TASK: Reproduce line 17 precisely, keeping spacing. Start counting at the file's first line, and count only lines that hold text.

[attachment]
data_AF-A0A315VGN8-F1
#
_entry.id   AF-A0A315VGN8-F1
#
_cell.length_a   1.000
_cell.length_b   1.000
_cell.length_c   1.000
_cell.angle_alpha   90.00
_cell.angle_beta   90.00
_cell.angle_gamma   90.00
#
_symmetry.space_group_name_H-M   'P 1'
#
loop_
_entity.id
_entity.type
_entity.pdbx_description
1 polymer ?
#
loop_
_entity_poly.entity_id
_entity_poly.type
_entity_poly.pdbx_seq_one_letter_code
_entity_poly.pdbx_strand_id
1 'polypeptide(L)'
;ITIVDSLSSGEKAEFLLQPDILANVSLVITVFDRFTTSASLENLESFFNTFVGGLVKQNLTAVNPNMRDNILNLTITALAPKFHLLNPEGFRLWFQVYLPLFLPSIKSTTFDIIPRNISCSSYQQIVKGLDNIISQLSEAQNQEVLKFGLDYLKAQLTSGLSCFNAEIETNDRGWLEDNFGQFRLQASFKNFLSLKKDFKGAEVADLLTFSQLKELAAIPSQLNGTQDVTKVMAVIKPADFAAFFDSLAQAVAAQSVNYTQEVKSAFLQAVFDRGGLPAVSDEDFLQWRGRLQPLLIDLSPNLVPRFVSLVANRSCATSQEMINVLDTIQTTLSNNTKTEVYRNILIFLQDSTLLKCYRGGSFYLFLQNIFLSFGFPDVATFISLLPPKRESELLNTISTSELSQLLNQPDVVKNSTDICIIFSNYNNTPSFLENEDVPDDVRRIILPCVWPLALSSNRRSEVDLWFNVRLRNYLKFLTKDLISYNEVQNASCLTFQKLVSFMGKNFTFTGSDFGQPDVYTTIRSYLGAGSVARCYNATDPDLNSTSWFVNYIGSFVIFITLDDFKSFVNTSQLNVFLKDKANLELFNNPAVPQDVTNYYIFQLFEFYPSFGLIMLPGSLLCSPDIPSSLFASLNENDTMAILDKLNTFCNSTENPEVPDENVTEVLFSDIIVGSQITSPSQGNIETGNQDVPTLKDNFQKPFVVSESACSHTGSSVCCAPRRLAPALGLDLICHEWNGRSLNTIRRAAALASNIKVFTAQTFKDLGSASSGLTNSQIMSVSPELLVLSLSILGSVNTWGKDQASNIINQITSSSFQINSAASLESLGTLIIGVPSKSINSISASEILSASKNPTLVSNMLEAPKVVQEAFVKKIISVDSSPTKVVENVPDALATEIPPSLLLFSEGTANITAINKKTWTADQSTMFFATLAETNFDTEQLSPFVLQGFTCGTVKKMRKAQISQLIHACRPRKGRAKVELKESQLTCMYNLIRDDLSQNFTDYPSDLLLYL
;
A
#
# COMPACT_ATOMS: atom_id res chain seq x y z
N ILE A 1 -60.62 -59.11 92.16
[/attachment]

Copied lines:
_entity.pdbx_description